By Shutterbuggery: The morning of the fire I was driving on Grizzly Peak testing a new truck with my wife, headed south towards Fish Ranch Road. The wind was howling on the ridge and the road was completely covered with pine needles and eucalyptus leaves — the asphalt was invisible. The temperature was already warm and as we went around a final turn I said something about fire danger, too many pine needles, we need to head back.

Exactly at that moment the trees cleared and we both stared right at a HUGE column of fire, a truly gigantic plume, hundreds of feet high and unbelievably wide. It was a single column of superheated air and flame, blood red in the center, fading to orange and then black as the column shifted. The wind was howling as the wind on the ridge merged with the column of fire, creating its own updraft and sucking all the loose leaves, pine needles etc downward.

I slammed on the brakes, spun around and we went back north on Grizzly Peak, dropping down to lower ground in Berkeley where we stopped to watch in stunned silence at the pillar of flame and praying people were getting out. Hours later we were still there.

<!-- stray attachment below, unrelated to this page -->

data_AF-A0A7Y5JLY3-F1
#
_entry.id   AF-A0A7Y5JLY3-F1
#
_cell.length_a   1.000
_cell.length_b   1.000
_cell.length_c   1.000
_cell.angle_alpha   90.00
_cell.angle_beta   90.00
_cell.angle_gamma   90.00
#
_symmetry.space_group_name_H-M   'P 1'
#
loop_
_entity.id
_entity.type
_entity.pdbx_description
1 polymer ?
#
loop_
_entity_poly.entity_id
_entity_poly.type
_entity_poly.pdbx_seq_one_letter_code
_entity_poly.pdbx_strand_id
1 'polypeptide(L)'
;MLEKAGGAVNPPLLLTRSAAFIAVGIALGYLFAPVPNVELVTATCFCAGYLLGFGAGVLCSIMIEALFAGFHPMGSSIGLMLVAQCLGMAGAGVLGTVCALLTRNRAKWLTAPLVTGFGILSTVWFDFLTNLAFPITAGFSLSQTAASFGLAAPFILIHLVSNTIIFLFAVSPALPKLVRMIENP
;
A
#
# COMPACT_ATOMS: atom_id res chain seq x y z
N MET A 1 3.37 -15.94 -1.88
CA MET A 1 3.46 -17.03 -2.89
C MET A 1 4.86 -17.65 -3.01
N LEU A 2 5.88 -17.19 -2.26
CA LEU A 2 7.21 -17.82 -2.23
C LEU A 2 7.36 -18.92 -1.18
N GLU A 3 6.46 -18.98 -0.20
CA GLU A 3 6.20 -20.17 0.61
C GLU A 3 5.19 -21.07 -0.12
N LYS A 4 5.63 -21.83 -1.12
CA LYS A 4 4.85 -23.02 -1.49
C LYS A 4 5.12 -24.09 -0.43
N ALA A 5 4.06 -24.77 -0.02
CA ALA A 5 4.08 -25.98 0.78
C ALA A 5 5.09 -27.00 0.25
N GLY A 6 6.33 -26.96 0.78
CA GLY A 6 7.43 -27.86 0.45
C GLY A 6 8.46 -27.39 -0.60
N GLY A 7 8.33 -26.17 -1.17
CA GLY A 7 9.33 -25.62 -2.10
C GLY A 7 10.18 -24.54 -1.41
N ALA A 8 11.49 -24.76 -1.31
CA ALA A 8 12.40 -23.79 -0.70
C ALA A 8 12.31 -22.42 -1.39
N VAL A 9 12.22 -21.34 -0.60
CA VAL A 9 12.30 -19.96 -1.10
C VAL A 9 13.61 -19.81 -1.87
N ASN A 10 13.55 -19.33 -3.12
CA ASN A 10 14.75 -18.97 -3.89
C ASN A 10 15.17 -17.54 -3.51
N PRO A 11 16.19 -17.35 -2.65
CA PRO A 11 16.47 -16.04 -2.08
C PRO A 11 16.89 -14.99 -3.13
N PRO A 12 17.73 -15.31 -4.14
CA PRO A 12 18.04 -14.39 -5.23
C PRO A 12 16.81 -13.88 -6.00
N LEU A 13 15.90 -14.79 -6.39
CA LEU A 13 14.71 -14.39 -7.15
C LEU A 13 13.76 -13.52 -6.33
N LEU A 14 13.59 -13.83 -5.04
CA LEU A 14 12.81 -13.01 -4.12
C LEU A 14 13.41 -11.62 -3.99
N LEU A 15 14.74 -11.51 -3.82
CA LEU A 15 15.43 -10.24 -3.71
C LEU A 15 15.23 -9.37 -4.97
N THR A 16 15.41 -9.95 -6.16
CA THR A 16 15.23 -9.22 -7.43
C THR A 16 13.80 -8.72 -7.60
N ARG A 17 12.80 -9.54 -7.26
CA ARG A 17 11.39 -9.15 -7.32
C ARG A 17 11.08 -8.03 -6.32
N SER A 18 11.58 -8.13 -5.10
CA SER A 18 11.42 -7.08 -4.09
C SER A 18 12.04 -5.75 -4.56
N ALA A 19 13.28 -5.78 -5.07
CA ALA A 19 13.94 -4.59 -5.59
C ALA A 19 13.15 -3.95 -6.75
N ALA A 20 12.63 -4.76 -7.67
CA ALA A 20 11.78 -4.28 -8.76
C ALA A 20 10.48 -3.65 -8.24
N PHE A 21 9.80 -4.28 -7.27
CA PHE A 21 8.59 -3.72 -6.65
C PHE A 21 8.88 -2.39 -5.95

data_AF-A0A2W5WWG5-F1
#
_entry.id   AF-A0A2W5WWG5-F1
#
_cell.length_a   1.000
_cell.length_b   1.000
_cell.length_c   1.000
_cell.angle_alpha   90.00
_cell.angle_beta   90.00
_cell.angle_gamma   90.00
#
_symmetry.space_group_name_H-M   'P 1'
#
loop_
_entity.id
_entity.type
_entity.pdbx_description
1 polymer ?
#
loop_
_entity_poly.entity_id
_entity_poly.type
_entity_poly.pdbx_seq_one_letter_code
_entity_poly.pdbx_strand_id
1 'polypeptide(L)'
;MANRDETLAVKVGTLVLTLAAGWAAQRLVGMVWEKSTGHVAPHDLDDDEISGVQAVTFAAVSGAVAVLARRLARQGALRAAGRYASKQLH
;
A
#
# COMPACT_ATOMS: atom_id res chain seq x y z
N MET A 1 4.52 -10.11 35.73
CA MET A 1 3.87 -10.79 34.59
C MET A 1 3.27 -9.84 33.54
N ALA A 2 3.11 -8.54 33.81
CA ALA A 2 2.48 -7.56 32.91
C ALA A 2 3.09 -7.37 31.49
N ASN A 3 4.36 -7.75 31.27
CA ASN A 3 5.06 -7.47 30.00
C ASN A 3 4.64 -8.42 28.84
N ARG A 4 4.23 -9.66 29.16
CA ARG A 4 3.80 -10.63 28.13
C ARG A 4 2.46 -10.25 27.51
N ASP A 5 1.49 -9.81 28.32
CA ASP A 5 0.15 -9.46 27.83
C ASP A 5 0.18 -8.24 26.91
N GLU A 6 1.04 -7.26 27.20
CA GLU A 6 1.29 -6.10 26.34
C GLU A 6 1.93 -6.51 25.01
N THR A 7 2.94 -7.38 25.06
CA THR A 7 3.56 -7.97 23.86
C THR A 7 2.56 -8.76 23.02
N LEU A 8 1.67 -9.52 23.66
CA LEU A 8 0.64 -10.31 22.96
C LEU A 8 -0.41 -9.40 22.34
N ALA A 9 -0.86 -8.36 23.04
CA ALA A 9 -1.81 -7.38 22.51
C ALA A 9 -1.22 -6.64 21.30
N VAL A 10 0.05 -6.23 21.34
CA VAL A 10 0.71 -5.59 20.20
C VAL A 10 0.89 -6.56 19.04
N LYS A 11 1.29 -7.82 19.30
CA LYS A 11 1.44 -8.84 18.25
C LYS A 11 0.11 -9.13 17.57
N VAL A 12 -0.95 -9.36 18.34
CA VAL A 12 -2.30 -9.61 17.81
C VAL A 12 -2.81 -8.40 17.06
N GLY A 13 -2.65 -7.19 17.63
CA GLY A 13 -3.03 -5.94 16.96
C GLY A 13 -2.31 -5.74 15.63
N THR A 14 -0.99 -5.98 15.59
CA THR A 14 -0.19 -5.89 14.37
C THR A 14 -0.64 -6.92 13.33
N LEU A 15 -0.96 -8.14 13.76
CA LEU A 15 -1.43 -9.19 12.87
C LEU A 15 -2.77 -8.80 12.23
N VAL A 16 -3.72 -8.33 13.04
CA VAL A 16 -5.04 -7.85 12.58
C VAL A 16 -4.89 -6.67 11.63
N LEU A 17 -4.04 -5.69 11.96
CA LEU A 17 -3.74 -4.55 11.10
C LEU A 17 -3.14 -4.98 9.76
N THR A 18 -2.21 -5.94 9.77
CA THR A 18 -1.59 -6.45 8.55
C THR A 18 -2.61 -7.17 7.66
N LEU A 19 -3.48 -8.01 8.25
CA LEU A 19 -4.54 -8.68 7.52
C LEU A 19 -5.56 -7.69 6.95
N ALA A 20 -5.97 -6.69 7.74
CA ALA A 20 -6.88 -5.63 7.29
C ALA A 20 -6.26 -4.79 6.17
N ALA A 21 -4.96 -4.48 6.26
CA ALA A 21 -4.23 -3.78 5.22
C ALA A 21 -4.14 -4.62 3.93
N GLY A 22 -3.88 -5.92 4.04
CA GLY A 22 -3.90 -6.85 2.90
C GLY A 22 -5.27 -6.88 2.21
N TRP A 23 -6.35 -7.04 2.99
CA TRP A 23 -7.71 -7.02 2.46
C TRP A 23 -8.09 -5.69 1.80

These reader contributions are  part of our “Firestorm Special” series which is appearing on Berkeleyside in the run-up to October 20, 2011, the 20th anniversary of the Oakland-Berkeley Firestorm. As part of its commemoration coverage, Berkeleyside will be publishing more recollections from readers. Read previous Firestorm Special stories.

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Tracey Taylor is co-founder of Berkeleyside and co-founder and editorial director of Cityside, the nonprofit parent to Berkeleyside and The Oaklandside. Before launching Berkeleyside, Tracey wrote for...